From St. Sulpice and the Louvre
“If you liked The Da Vinci Code, you will love this book.” – Catherine Nay, Europe 1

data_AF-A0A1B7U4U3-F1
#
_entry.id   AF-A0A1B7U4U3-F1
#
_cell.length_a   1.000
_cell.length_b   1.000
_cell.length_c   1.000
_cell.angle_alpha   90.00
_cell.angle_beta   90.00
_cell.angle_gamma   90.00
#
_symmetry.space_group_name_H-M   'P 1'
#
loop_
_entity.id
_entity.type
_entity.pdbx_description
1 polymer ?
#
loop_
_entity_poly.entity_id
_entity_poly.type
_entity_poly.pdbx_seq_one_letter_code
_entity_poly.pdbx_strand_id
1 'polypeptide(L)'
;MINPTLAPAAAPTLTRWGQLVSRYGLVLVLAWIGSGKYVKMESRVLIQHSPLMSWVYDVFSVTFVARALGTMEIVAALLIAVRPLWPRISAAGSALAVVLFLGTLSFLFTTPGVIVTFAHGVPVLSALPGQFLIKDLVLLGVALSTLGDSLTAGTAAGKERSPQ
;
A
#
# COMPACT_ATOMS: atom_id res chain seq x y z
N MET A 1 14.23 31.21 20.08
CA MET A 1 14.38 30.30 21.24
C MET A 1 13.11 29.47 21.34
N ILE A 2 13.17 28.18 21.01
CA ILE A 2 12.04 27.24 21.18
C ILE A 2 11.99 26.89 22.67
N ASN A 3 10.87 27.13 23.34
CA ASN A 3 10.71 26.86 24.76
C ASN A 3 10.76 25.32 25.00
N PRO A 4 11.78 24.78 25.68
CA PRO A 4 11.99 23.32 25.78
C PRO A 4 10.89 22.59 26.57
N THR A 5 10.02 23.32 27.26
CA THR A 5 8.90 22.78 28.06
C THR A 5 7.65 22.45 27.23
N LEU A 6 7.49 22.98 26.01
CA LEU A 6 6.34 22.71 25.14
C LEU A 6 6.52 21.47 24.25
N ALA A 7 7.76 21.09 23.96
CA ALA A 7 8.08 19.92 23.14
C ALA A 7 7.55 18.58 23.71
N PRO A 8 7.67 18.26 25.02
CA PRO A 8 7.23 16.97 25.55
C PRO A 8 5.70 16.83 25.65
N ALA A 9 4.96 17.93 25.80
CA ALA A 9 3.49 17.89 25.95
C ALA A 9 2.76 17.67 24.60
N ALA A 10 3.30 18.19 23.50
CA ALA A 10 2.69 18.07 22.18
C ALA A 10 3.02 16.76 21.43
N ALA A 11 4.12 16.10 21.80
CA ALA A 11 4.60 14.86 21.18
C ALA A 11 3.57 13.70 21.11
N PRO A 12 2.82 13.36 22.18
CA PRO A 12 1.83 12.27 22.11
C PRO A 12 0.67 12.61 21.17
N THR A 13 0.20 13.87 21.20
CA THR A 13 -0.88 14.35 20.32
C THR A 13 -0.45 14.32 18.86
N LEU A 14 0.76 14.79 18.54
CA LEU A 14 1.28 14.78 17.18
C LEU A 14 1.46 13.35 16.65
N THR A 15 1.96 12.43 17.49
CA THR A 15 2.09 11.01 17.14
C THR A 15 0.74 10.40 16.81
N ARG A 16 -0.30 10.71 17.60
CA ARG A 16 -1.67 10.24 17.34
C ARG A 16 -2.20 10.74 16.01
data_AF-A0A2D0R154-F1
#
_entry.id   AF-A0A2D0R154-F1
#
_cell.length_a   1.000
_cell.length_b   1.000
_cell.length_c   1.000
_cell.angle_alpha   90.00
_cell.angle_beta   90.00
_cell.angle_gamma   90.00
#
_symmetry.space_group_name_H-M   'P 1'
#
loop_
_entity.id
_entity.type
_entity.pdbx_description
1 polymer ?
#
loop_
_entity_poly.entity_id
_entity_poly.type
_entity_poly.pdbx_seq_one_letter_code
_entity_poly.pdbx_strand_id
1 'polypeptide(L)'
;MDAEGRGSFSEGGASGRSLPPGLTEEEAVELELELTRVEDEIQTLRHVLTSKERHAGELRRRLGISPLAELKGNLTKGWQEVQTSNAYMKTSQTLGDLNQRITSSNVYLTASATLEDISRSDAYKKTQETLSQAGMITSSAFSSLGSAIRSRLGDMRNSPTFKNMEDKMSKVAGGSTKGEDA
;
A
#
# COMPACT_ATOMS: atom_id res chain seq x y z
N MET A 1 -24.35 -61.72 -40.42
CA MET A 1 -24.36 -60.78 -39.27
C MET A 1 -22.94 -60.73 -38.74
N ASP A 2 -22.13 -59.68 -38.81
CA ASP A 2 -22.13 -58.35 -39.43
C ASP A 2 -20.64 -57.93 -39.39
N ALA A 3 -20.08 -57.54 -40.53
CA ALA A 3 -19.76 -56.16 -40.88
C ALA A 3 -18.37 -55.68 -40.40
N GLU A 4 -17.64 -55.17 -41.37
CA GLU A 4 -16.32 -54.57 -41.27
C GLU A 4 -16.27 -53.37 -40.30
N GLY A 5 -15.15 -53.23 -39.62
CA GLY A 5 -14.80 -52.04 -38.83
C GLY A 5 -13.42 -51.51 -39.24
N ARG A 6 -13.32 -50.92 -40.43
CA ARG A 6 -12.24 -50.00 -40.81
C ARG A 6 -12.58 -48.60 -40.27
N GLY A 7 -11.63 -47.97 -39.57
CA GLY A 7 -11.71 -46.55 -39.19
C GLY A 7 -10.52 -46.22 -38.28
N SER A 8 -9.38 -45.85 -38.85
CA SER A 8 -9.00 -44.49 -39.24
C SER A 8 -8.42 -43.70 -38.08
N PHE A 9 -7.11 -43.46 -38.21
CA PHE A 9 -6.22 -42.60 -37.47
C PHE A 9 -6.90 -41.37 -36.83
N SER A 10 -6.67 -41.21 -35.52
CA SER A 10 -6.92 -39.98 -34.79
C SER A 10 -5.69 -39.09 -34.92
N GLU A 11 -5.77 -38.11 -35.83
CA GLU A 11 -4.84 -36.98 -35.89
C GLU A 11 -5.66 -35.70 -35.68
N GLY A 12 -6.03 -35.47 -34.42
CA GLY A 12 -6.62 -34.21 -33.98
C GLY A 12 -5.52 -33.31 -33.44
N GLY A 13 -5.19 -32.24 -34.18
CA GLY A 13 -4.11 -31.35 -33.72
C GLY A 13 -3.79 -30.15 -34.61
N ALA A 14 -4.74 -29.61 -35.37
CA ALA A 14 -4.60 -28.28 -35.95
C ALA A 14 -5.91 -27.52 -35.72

Translated into more than 35 languages worldwide and with over 8 million copies in print, Dan Brown’s The Da Vinci Code is a worldwide publishing phenomenon. The extraordinary success of this politico-theological thriller can be attributed to its undeniable narrative qualities, but also, in large part, to the controversial message that it contains, the claim that the Catholic Church covered up a scandalous truth about the origins of Christianity; the sexual relationship between Jesus and Mary Magdalene, and the central role that Mary Magdalene played in the early Christian community. To substantiate this theory, Dan Brown cites various symbolic, religious and artistic references that appear to ring true. But to what extent are these references really based in fact? Did Leonardo Da Vinci disguise codes in his paintings which reveal the hidden truth to initiates? Did The Priory of Sion, a secret society to which Sir Isaac Newton and Victor Hugo supposedly belonged, really exist? Do the apocryphal gospels mention the wedding of Jesus and Mary Magdalene? Did the Emperor Constantine call together the Council of Nicea in 325 to attempt to hide this union? Do the Dead Sea Scrolls bear revelations about Jesus and the early Church? Numerous readers have asked themselves these questions and long for accurate responses. Yet most of the books on the subject confuse more than they clarify; tending either towards a blind defence of Catholicism, or a sort of esoteric delirium. Frédéric Lenoir and Marie-France Etchegoin, have teamed up to apply a methodical and objective approach to these questions and have undertaken careful, detailed, on-the-ground investigations of the places where the novel unfolds. The majority of the settings are in France, so Lenoir and Etchegoin’s local expertise has enabled them to bring a deeper historical context to their findings. Rigorous and precise but also instructive and humorous, their “enquiry into the enquiry” provides the answers that Da Vinci Code adepts have been waiting for. But in the course of their investigation into the sources of this bestselling novel they found, as is so often the case, that fact can be far stranger than fiction.